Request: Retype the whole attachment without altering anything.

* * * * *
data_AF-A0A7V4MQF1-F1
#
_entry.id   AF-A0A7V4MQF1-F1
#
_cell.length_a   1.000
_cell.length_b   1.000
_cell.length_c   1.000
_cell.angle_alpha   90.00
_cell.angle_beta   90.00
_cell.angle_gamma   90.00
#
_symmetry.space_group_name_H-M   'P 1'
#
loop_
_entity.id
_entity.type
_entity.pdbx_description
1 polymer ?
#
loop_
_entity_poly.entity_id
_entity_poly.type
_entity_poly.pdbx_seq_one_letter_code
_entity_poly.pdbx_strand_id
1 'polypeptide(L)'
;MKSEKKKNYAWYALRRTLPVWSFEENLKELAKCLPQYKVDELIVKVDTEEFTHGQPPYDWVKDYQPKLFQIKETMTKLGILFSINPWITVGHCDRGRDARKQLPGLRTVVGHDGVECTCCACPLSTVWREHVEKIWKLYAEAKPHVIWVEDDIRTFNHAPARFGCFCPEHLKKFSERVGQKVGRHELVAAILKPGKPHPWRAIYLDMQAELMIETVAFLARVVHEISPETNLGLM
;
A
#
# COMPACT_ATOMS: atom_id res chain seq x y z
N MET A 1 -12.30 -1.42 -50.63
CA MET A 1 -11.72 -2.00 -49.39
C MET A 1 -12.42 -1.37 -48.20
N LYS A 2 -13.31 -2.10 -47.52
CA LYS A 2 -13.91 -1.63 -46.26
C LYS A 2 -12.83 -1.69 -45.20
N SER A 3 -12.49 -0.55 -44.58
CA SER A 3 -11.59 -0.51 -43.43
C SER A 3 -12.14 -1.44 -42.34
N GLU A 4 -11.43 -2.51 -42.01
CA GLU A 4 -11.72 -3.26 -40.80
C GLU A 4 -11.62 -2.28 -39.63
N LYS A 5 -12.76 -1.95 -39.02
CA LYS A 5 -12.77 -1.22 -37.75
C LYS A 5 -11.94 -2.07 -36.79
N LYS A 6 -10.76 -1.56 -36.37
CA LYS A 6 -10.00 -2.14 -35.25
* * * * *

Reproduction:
data_AF-A0A7V4MQF1-F1
#
_entry.id   AF-A0A7V4MQF1-F1
#
_cell.length_a   1.000
_cell.length_b   1.000
_cell.length_c   1.000
_cell.angle_alpha   90.00
_cell.angle_beta   90.00
_cell.angle_gamma   90.00
#
_symmetry.space_group_name_H-M   'P 1'
#
loop_
_entity.id
_entity.type
_entity.pdbx_description
1 polymer ?
#
loop_
_entity_poly.entity_id
_entity_poly.type
_entity_poly.pdbx_seq_one_letter_code
_entity_poly.pdbx_strand_id
1 'polypeptide(L)'
;MKSEKKKNYAWYALRRTLPVWSFEENLKELAKCLPQYKVDELIVKVDTEEFTHGQPPYDWVKDYQPKLFQIKETMTKLGILFSINPWITVGHCDRGRDARKQLPGLRTVVGHDGVECTCCACPLSTVWREHVEKIWKLYAEAKPHVIWVEDDIRTFNHAPARFGCFCPEHLKKFSERVGQKVGRHELVAAILKPGKPHPWRAIYLDMQAELMIETVAFLARVVHEISPETNLGLM
;
A
#
# COMPACT_ATOMS: atom_id res chain seq x y z
N MET A 1 -12.30 -1.42 -50.63
CA MET A 1 -11.72 -2.00 -49.39
C MET A 1 -12.42 -1.37 -48.20
N LYS A 2 -13.31 -2.10 -47.52
CA LYS A 2 -13.91 -1.63 -46.26
C LYS A 2 -12.83 -1.69 -45.20
N SER A 3 -12.49 -0.55 -44.58
CA SER A 3 -11.59 -0.51 -43.43
C SER A 3 -12.14 -1.44 -42.34
N GLU A 4 -11.43 -2.51 -42.01
CA GLU A 4 -11.72 -3.26 -40.80
C GLU A 4 -11.62 -2.28 -39.63
N LYS A 5 -12.76 -1.95 -39.02
CA LYS A 5 -12.77 -1.22 -37.75
C LYS A 5 -11.94 -2.07 -36.79
N LYS A 6 -10.76 -1.56 -36.37
CA LYS A 6 -10.00 -2.14 -35.25